strategy for cutting costs.  The story begins in the early 19th
century, when textile manufacturers in northern England discovered
that they could replace skilled with unskilled labor by mechanizing.
The whole history of the Industrial Revolution is dominated by this

Here is how the 19th century "philosopher of manufactures" Andrew Ure
described the goal in 1835:

  By the infirmity of human nature it happens, that the more skillful
  the workman, the more self-willed and intractable he is apt to
  become, and, of course, the less fit a component of a mechanical
  system, in which, by occasional irregularities, he may do great
  damage to the whole.  The grand object therefore of the modern
  manufacturer is, through the union of capital and science, to
  reduce the task of his work-people to the exercise of vigilance
  and dexterity (Ure, 1835: 18).

Is such a gloomy version of the future of education really plausible?
Is it likely that "self-willed and intractable" professors will
disappear as have weavers, shoemakers, and typesetters?  Probably not,
but whether technology is about to deskill the professoriate is less
important than the fact that this idea occupies a key place in the
imagination of many educational reformers.

The idea of replacing teachers by computers is an old one, but
until recently few educational technologists and administrators
were convinced.  The ideal of automated education is no doubt still
a minority view, but it has gained sufficient plausibility from
advances in computing and the Internet to occupy a considerable space
in public discourse.  Other current buzz words such as "self-paced
individualized instruction" feed into this trend.  The essential idea
is that in a future virtual university, accomplishment will no longer
depend on contact hours, indeed, on contact with professors.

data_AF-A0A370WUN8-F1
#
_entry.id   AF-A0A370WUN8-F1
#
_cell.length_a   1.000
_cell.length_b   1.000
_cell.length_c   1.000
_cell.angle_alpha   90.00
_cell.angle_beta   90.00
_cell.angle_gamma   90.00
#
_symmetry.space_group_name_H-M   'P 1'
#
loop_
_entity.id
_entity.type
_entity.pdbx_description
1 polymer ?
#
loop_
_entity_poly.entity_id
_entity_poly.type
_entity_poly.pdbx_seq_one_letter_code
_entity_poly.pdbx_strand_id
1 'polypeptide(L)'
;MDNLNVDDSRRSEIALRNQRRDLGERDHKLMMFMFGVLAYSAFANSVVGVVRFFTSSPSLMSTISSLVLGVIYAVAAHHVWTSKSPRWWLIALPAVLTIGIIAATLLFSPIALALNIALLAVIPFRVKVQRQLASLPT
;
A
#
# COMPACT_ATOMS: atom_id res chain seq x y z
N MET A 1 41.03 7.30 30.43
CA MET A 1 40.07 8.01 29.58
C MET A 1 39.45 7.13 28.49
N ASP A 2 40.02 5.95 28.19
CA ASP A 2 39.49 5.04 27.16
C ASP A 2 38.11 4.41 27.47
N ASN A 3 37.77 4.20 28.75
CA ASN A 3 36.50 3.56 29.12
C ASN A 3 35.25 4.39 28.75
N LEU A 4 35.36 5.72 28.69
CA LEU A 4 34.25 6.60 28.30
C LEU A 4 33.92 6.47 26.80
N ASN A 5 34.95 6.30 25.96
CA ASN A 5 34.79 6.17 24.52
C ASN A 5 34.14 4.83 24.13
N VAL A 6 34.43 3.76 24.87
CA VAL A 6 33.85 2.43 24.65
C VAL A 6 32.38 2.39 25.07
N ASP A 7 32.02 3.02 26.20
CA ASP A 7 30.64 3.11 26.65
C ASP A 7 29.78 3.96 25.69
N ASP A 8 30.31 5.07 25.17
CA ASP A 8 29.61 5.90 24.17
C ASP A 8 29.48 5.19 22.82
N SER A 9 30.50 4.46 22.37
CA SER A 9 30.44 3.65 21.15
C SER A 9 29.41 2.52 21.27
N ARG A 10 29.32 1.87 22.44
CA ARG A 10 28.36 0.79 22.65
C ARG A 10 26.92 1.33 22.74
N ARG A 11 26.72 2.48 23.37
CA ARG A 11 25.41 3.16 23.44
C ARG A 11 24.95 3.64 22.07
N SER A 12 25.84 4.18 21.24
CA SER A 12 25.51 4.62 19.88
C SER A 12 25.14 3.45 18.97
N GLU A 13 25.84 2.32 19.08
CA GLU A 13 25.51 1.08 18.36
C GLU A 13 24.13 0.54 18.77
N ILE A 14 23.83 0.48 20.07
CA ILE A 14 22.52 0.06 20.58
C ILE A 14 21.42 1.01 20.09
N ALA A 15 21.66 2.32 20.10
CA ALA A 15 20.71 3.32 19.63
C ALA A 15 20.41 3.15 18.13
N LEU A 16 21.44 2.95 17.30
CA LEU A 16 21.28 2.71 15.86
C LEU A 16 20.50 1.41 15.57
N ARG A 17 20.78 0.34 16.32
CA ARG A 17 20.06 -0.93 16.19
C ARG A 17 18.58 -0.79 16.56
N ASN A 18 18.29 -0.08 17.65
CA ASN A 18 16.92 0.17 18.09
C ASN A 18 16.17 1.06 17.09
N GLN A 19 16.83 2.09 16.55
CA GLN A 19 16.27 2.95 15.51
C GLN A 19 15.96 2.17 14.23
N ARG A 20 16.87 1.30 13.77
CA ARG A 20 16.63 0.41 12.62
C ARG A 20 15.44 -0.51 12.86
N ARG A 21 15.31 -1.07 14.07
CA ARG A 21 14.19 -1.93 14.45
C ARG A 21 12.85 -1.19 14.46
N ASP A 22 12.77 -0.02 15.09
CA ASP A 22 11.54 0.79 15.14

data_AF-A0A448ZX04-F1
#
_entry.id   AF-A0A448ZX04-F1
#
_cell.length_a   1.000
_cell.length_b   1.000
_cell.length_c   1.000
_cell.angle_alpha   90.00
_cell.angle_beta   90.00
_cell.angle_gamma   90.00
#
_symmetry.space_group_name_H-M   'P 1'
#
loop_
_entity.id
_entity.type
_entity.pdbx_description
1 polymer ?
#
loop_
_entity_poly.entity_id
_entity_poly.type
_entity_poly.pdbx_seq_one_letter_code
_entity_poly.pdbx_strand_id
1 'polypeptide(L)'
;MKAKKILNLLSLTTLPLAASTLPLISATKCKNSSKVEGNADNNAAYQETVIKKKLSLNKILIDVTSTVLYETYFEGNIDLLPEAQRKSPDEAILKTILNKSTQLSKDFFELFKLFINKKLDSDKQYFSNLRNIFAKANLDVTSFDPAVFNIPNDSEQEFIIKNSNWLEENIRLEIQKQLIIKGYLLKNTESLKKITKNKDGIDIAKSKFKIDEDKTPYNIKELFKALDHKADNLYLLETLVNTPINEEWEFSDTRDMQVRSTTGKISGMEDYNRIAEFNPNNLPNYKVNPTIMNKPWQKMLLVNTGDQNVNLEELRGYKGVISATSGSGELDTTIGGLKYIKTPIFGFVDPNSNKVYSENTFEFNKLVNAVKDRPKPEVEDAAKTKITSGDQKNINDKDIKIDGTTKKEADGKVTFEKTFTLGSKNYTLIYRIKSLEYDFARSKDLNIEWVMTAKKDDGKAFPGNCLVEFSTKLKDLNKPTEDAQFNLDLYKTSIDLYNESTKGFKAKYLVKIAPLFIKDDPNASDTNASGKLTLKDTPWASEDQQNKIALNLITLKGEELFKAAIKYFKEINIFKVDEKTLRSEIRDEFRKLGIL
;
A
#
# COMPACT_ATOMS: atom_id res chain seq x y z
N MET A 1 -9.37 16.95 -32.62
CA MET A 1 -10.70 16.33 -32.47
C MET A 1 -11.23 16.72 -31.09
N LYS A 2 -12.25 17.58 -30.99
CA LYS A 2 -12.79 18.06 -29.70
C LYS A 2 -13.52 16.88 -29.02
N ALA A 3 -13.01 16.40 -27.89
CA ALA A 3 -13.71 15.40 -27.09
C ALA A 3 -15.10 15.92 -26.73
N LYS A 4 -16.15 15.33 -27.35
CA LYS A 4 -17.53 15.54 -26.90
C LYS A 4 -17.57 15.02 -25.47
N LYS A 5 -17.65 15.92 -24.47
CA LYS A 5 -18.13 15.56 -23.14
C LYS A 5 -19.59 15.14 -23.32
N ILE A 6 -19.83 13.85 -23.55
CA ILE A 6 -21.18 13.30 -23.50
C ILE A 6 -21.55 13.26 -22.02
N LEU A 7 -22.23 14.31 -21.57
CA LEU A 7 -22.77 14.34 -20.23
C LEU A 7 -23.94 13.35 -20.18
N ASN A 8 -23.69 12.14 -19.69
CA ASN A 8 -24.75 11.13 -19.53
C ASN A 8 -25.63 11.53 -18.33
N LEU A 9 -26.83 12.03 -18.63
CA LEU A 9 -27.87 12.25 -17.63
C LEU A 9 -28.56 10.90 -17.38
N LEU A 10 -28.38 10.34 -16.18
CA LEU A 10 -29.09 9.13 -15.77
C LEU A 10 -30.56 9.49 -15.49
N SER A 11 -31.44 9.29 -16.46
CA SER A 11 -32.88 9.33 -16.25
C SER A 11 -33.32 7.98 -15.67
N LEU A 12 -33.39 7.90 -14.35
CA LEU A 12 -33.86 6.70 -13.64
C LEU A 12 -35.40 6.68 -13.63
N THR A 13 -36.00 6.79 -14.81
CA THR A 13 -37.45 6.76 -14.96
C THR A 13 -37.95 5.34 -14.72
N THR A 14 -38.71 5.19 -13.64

Much of today's reform rhetoric, with its appeals to the revolutionary
potential of virtual universities and competency-based degrees,
hints at the obsolescence of the traditional campus and its teaching
methods, arousing suspicion among faculty that technology will be used
against them.  In the longer run, should teachers really be expelled
from the classroom, we would truly enter a new era.  One fundamental
project of modern societies, the substitution of technical control
for traditional methods and devices for social arrangements, here
overflows the sphere of production to which it has been largely
confined up to now and enters the realm of social reproduction.
In this model the "disembedding" of the educational process, its
disconnection from the local setting of the campus, is also its
depersonalization.  If human contacts are no longer central in so
fundamental a growth process as education, then surely we are headed
for a very different ideal of adulthood and a very different kind of
modern society from the one we live in at present.  But is this a
necessary consequence of modernization?

Ironically, contemporary theory (if not practice) in the business
world has left behind the industrial era's fascination with
deskilling.  Starting with Peters and Waterman's 1982 best seller
In Search of Excellence, Frederick Taylor's old model of deskilled
labor and hierarchical management was blamed for everything that
ailed American business.  Since then the lesson has been hammered
home in dozens of similar books devoted to exploring a third way,
an alternative to the old opposition of "man" versus "machine".

As discussed in chapter 4, Shoshanna Zuboff's contribution to this
literature emphasizes the complementarity of human and computer
capabilities.  While humans are best at dealing with unexpected
situations and responding to novelty, computers can organize
the vast amount of data required by modern production.  A similar
complementarity is at work in education: the teacher manages the
complex and unpredictable communication process of the classroom,
while data is delivered in textbooks (and now by computers as well).